Infact, I would also postulate that if the sun wasn't emitting trace amounts of oxygen into the heliosphere, then within the bubble, I would expect less amounts of free oxygen than in the interstellar medium due to the oxidation of other molecules within the heliosphere.
To actually study this, I would propose a spacecraft similar to IBEX, but nuclear powered and launched the same as New Horizons, on a trajectory headed straight for interstellar space. It also could be loaded with other instruments specifically designed to measure the termination shock and heliopause in greater detail than the Voyagers have been able to.
I find it extremely easy to believe that the solar system has moved far away from it's original birthplace, but I seriously doubt that the oxygen concentration within the heliosphere hasn't changed significantly in that time.
Rather than the solar system moving...
...is it possible the wind changed direction since the sun formed and created the heliosphere? Or maybe the gasses being blown by the wind have changed by time.
Yes, lets jump to the explanation that someone stuck a big hook in the sun and dragged it here. Didn't the timelords do it in Doctor Who many years ago?
Wasn't that the sneeze of the Great Green Arkleseizure?
Mine is the one with the H2G2 radio plays in the pocket
May have alien origin ? "MAY" ?
You mean there is a possibility that humans did not create the Solar System?!
What ludicrous nonsense. I thought the consensus was that human activity was responsible for the localised warming of this region of the galaxy.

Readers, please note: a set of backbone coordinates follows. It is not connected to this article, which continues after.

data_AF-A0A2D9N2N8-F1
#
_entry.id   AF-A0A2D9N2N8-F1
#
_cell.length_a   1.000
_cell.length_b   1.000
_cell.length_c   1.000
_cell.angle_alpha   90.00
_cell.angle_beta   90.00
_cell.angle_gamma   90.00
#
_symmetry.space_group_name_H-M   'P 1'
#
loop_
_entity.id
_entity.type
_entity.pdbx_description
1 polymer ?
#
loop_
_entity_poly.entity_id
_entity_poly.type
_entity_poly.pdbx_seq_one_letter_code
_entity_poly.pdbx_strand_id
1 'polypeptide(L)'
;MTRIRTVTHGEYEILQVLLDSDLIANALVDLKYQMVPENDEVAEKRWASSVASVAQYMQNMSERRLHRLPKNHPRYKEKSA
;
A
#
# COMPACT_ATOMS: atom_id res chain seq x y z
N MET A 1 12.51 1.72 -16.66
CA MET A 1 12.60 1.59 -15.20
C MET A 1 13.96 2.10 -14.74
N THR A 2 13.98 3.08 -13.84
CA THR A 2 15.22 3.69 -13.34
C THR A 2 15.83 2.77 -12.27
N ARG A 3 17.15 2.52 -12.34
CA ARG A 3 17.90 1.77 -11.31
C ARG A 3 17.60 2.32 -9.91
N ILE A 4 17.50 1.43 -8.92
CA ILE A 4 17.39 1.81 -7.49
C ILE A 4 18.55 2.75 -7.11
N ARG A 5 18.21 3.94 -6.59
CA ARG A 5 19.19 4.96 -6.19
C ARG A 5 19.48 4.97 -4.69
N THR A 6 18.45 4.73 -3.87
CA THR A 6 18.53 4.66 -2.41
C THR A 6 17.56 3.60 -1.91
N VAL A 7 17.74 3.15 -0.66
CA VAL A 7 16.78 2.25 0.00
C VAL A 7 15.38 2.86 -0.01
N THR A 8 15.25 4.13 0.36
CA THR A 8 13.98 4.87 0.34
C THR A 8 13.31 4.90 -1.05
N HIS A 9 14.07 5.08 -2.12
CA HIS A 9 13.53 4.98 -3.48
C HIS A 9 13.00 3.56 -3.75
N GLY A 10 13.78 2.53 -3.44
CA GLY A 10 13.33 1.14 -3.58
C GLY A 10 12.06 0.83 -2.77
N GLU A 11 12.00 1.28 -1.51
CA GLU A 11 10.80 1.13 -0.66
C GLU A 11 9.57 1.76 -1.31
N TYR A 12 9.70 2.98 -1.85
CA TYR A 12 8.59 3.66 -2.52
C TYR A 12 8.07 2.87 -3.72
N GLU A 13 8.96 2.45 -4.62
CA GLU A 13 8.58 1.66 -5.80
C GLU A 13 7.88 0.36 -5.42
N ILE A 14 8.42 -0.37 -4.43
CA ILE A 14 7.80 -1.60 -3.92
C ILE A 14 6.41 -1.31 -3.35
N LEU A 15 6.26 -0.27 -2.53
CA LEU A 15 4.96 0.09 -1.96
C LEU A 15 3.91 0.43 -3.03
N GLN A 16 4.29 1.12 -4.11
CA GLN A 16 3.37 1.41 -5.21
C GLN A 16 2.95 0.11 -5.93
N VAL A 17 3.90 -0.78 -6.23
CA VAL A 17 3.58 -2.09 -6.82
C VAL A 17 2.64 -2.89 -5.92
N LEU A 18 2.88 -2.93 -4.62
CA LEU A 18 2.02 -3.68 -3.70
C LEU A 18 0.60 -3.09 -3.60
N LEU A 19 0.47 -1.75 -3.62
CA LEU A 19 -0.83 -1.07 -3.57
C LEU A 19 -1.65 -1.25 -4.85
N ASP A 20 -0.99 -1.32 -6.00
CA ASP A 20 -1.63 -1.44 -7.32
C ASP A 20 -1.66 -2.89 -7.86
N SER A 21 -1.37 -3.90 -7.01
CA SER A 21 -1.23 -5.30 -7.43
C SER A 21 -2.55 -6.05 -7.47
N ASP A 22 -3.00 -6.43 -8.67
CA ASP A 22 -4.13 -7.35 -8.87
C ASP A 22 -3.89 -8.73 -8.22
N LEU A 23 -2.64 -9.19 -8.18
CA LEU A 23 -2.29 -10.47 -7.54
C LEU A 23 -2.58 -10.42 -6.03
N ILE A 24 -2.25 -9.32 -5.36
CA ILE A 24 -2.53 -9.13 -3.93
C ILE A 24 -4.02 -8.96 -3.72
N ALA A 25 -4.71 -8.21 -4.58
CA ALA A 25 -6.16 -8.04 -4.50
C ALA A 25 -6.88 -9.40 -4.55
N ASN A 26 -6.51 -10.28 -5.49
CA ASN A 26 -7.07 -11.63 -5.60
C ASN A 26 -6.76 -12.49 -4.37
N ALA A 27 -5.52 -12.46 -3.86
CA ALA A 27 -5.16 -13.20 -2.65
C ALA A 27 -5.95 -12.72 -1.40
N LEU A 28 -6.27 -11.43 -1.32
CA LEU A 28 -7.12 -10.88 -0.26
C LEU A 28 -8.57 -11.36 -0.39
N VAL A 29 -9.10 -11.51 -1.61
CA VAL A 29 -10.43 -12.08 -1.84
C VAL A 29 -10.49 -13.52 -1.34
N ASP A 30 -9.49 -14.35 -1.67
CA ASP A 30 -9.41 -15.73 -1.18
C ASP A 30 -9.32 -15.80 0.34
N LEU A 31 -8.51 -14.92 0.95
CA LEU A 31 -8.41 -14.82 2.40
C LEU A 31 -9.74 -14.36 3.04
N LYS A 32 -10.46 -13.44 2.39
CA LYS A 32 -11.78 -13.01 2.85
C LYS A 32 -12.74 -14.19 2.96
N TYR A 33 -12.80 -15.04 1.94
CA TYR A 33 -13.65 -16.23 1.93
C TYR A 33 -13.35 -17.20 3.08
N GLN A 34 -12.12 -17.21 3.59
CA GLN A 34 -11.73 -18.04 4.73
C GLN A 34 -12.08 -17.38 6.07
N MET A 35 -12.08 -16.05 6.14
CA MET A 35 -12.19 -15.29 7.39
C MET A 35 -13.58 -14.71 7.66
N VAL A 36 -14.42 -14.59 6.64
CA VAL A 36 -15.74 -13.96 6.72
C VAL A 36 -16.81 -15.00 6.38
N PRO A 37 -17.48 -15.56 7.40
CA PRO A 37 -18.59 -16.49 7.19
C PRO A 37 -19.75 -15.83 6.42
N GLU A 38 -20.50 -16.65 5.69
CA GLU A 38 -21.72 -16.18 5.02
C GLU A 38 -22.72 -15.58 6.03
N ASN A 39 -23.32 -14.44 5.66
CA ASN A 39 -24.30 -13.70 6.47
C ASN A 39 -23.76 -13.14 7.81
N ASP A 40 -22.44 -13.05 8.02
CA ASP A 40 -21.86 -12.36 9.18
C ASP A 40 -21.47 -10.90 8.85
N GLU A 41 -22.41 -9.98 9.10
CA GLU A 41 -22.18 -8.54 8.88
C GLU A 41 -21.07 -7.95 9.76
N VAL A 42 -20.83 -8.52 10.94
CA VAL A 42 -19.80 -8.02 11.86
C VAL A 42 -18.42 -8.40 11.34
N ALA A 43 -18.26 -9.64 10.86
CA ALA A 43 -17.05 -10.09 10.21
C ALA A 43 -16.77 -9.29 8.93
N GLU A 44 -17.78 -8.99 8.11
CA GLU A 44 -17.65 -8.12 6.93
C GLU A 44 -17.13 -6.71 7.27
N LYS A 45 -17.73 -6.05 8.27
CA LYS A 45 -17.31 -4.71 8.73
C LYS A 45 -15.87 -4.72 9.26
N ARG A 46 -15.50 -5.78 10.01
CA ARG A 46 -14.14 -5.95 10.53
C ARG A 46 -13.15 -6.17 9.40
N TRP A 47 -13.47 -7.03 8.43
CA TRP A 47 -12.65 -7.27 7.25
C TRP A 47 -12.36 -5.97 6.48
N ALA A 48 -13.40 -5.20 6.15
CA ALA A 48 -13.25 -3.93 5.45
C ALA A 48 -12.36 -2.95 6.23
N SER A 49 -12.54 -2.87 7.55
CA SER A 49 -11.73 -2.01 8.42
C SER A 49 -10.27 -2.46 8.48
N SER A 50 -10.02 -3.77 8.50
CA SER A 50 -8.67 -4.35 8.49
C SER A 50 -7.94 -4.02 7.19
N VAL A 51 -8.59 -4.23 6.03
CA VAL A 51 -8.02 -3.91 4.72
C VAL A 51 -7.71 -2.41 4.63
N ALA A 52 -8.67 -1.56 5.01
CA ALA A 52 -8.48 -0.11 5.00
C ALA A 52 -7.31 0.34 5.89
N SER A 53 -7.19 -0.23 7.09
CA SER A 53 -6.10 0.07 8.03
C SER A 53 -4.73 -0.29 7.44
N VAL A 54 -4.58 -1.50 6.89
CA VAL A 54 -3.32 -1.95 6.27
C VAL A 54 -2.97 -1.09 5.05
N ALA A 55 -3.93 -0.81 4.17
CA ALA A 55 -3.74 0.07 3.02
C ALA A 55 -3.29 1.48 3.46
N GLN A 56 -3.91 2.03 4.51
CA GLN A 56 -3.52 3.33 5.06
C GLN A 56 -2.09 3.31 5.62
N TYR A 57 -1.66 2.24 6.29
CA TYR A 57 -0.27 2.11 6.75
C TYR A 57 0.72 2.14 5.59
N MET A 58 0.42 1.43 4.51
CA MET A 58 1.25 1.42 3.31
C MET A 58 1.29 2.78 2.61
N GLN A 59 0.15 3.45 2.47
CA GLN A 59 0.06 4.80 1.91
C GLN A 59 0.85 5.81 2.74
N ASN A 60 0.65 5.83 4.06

Humans create ?
It wasent humans that created the sun it was GOD and the easter bunny
Oh now, be fair. The Easter bunny was only holding the easel.
The man is right! God created the earth in 7 days, the first 6 being spent on the earth, and the 7th being spend creating somewhere in the region of a billion stars in our galaxy, plus planets, gas giants, comets, moons and other assorted celestial bodies. He then went the extra mile by creating around FIVE HUNDRED BILLION galaxies, according to NASA's current expectation. Each presumably containing about a billion stars, with each of those with a stellar system including it's own planets. Given the number of stellar systems we are talking about, presumably he also created life in a few of these as well.
. . . It's strange how he did all of that in one day though, given he had to spend six days creating earth?
Not that I actually beleive in any religion, but it's fun to occasionally think rationally about it just to hold up how utterly absurd creationist accounts are.
The prototype! Unfortunately he/she/it failed to have a decent QA staff..
Well, you've got to tool up for the job haven't you?
Then there's the time spent reading the instructions that'll have been badly translated from Swedish, and won't have any words, just those stupid little pictures.
And you can never find screw type 'H' when you need them. And those little fiddly packs of PVA you get in ketchup sachets...
Once you've done one though and got it sorted, you can knock the rest out in no time....
You've got it wrong
He created the world in six days, then rested for a day.
Then it was Monday again. And just like you and me, it was back to work, creating the rest of the universe. Probably took him several six-day weeks.
The bible is inerrant, but it doesn't include absolutely everything God ever did.
Ok, you got me there. How much time I spend studying scripture probably shows. That said, if we were to accept "god" needs to spend a week on each system and we also accept that the universe is 6 thousand years old (I think that's the Christian figure?) then he must have started working overtime at some point to account for the numbers of planets in every galaxy in the universe.
Obvious really, prototype build vs. mass production.......
So somewhere in the Universe there must be an enormous factory turning out suns, planets and such, staffed by angels.